friends and other ramen enthusiasts, would usually salivate at the mere mention of Ippudo, known for its rich Tonkotsu-based ramen. The silky broth is intense with the taste of pork, and is too good to share.
However, getting a slurp of this ridiculously addicting broth is no easy task. The lines of loyal followers snake down mall corridors or around city blocks.
Ippudo is the brainchild of Shigemi Kawahara, who’s often referred to as the Ramen King for his reinvention of the dish. His philosophy, “to continuously innovate to remain true,” clearly demonstrates his passion for creating the perfect bowl of ramen.
Since it first opened in 1985, Ippudo has become a ramen empire with over 65 branches around the world, in major cities in the US, Australia, Hong Kong, Singapore, Taiwan, South Korea and China.
Stepping into an Ippudo outlet is always an experience.
The restaurant’s relatively dark interiors are accentuated with ramen bowls and spoons, all in Ippudo’s signature deep red hue.
The modern interiors allow for a clean and aesthetically pleasing dining experience, while the clay features from Hakata, Ippudo’s birthplace, do not let the restaurant’s design stray too far from its traditional roots.
Once seated, one can’t help but notice the different sounds of the dining room—from the shouting cooks in the open kitchen to the occasional conversation of diners, and the slurping sounds that come with each spoonful of ramen and broth.
Ippudo’s menu is short but sweet. Aside from the ramen mainstays, small plates are available. The Maguro Tartar has garlic soy and herb wasabi oil, providing a fresh alternative to the typical sashimi.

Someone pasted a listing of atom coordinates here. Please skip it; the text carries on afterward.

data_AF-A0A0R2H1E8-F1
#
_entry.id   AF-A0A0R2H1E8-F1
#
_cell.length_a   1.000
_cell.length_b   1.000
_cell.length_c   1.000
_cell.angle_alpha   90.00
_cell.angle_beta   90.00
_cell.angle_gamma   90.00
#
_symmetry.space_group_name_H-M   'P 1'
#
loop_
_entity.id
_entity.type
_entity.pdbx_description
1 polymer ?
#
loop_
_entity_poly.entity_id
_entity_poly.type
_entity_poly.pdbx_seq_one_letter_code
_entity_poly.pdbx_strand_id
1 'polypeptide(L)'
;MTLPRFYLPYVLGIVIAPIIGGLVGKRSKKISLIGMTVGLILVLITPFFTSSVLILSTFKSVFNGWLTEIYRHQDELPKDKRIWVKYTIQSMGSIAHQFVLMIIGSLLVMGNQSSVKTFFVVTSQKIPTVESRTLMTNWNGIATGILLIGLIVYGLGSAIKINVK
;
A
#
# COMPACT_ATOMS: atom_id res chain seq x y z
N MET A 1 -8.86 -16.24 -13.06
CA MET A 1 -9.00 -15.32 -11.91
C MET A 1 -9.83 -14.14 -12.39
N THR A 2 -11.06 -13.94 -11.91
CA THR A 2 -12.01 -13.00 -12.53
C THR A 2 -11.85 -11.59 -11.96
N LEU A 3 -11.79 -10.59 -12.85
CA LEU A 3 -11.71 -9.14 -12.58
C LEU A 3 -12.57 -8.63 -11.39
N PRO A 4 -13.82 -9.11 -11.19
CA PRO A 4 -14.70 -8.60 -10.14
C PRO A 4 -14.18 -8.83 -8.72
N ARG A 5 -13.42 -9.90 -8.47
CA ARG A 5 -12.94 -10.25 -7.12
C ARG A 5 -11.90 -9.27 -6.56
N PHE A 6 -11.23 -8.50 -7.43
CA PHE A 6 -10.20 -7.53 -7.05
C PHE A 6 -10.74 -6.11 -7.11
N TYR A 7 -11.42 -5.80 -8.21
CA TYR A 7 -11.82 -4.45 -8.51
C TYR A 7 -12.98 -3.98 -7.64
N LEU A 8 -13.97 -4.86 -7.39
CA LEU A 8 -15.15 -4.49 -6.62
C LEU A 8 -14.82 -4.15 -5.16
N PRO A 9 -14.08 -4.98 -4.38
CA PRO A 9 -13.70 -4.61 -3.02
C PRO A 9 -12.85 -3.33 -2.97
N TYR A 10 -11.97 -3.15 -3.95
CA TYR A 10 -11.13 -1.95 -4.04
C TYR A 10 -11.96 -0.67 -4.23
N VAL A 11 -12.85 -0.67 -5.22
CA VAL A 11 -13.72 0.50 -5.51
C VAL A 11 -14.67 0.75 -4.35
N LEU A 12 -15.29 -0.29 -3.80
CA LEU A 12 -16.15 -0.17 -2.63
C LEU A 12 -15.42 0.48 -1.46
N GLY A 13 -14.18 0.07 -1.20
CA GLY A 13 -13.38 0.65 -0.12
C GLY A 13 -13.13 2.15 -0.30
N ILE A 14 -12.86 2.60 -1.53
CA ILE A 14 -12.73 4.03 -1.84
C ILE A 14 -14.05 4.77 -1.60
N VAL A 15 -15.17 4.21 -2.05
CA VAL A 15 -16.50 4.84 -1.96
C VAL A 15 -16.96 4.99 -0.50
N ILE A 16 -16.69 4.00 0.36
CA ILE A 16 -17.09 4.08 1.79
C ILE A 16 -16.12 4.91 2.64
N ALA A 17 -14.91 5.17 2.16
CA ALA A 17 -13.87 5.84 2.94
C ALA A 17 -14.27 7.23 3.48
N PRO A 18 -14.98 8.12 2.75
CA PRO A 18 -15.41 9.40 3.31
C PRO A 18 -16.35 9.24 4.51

You can’t go wrong with Ippudo’s classic marinated chicken, the Tori Tatsuta-Age, delicately fried and served with grated daikon ponzu sauce. I’ve been hearing that a close equivalent to the Tori Tatsuta-Age will also be served in the local franchise.
My favorite is the Ippudo Pork Bun, stuffed with a nicely seared slab of pork belly and accompanied with a spicy mayonnaise.
Which ramen to order? Recommended is the Akamaru Modern. You could call it the cooler, more mature version of Ippudo’s signature Shiromaru Hakata Classic.
Shiromaru has a clean and porky flavor profile, similar to the bowls of ramen in Ippudo’s hometown of Fukuoka, with a few slices of menma (Japanese fermented bamboo shoots), slivers of pickled ginger and a handful of scallions.
Akamaru Modern builds on a richer soup base that’s flavored with a touch of black garlic oil, kikurage mushrooms, a dollop of red Umami Dama miso paste, and two thick slices of chashu or Japanese braised pork. The result is a bowl of smoky and umami-ful ramen.
The complex flavors of the Akamaru Modern broth can also be attributed to its long and delicate cooking process. It begins with the selection of prime cuts of pork bones, which are then simmered over a 15-hour period.
The broth is then blended from three different cooking stages to achieve the creamy consistency Ippudo’s ramen is known for.
The thin, springy noodles are cooked al dente, leaving room for a nice bite. They are made in-house daily in a detailed and complex manner, which involves measuring the water’s acidity and alkaline levels. All these steps are taken in order to ensure that when a customer receives his or her bowl of ramen, it is in its ideal state.
When you just can’t have enough, Ippudo offers a “kae dama” system in which customers can order an additional serving of noodles for their soup. I’m sure we can expect the same quality of ramen that Ippudo is known for—once it opens its doors in the Philippines.
Without a doubt, Ippudo deserves to be called one of the pioneers in the ramen scene. As more and more outlets pop up around the globe, the resto continues to educate eager consumers about ramen culture and its traditions.
While Hong Kong and Singapore are only a couple of hours away, it’s good that we are about to experience, very soon, what all the talk is about.
Ippudo Manila opens on Sept. 10 at the 3/F of SM Megamall Fashion Hall.